It was the interview that enthralled a nation and a spectacular scoop for the BBC.
Yet 25 years on, an independent inquiry has now revealed the Panorama programme featuring Martin Bashir and Diana, Princess of Wales fell short of “high standards of integrity and transparency” over the “deceitful” manner in which falsified documents were used to secure the interview.
In the statement made by Prince William, he noted the interview was a significant contributing factor to the deterioration of his parents’ relationship, and hurt many others. Indeed, the actions of the BBC led to repercussions the royal family is still reeling from today.
The corporation’s self-professed top value is “trust”, proclaiming “we’re independent, impartial and honest”. Yet, as Lord Dyson’s report demonstrates — in using fake documents, making false claims about the royal family, an incompetent investigation into complaints about the programme and evasiveness in reaction to media questions — the corporation fell far short of those goals. It had multiple opportunities to address these issues and failed.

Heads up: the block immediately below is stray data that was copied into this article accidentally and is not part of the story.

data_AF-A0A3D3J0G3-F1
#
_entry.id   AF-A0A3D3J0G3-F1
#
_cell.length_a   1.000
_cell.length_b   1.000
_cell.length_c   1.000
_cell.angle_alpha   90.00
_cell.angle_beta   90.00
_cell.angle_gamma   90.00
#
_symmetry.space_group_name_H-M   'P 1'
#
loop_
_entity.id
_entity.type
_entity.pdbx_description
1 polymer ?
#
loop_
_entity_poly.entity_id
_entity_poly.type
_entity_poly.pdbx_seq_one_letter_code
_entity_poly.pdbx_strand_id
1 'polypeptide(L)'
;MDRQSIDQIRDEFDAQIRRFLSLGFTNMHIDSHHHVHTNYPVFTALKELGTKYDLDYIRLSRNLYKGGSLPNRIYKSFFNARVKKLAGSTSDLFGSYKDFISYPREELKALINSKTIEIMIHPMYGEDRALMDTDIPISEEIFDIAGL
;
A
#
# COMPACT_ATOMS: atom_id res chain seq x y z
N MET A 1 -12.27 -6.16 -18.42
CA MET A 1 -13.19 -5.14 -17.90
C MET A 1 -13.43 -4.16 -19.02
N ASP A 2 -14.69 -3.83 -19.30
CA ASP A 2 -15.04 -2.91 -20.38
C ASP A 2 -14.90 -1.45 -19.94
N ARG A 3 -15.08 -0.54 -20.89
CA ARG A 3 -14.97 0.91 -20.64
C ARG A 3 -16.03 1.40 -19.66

The BBC has serious questions to answer. The onus is on the new Chair and Director-General to prove they can put their house in order and demonstrate it can be trusted.
Its treatment of whistleblowers deserves particular attention. The removal of junior staff who raise concerns can only have a chilling effect on protection procedures. And why Bashir was employed and by whom as religious affairs correspondent in 2016, then editor, needs further clarity immediately.
William ended his statement with a recognition that, in an era of fake news, “public service broadcasting and a free press have never been more important”.
We, like the prince, believe the BBC is a crucial part of Britain, how we as citizens relate to one another and a way to promote our values of openness, tolerance and freedom abroad.
If it is to keep the nation’s trust, the BBC must prove it can truly change, and address the appalling failings revealed by Lord Dyson.